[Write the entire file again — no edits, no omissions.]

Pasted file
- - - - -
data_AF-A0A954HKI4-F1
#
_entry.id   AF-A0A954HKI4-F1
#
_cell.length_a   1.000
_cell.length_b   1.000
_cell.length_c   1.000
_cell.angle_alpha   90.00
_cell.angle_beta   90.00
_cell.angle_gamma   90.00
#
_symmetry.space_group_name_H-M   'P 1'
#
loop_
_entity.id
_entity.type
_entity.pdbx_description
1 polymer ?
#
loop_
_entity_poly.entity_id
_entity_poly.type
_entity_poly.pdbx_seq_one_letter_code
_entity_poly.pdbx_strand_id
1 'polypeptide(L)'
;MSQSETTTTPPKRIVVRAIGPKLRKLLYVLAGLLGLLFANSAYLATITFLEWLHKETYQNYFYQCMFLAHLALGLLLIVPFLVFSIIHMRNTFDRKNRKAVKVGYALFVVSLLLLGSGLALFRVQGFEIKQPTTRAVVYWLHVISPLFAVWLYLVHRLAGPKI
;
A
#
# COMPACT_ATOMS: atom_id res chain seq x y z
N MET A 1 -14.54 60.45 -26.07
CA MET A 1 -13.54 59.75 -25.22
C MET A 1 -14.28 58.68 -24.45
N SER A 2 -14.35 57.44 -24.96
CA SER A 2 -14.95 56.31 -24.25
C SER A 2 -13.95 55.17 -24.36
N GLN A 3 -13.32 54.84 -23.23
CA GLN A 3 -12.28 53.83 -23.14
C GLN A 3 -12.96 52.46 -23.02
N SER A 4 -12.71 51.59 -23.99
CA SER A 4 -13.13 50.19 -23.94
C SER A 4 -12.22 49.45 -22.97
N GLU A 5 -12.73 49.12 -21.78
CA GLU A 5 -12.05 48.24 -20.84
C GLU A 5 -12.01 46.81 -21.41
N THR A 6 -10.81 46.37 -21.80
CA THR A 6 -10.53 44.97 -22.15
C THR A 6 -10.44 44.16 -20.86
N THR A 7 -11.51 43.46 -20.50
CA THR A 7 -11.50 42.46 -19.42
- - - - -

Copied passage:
data_AF-A0A954HKI4-F1
#
_entry.id   AF-A0A954HKI4-F1
#
_cell.length_a   1.000
_cell.length_b   1.000
_cell.length_c   1.000
_cell.angle_alpha   90.00
_cell.angle_beta   90.00
_cell.angle_gamma   90.00
#
_symmetry.space_group_name_H-M   'P 1'
#
loop_
_entity.id
_entity.type
_entity.pdbx_description
1 polymer ?
#
loop_
_entity_poly.entity_id
_entity_poly.type
_entity_poly.pdbx_seq_one_letter_code
_entity_poly.pdbx_strand_id
1 'polypeptide(L)'
;MSQSETTTTPPKRIVVRAIGPKLRKLLYVLAGLLGLLFANSAYLATITFLEWLHKETYQNYFYQCMFLAHLALGLLLIVPFLVFSIIHMRNTFDRKNRKAVKVGYALFVVSLLLLGSGLALFRVQGFEIKQPTTRAVVYWLHVISPLFAVWLYLVHRLAGPKI
;
A
#
# COMPACT_ATOMS: atom_id res chain seq x y z
N MET A 1 -14.54 60.45 -26.07
CA MET A 1 -13.54 59.75 -25.22
C MET A 1 -14.28 58.68 -24.45
N SER A 2 -14.35 57.44 -24.96
CA SER A 2 -14.95 56.31 -24.25
C SER A 2 -13.95 55.17 -24.36
N GLN A 3 -13.32 54.84 -23.23
CA GLN A 3 -12.28 53.83 -23.14
C GLN A 3 -12.96 52.46 -23.02
N SER A 4 -12.71 51.59 -23.99
CA SER A 4 -13.13 50.19 -23.94
C SER A 4 -12.22 49.45 -22.97
N GLU A 5 -12.73 49.12 -21.78
CA GLU A 5 -12.05 48.24 -20.84
C GLU A 5 -12.01 46.81 -21.41
N THR A 6 -10.81 46.37 -21.80
CA THR A 6 -10.53 44.97 -22.15
C THR A 6 -10.44 44.16 -20.86
N THR A 7 -11.51 43.46 -20.50
CA THR A 7 -11.50 42.46 -19.42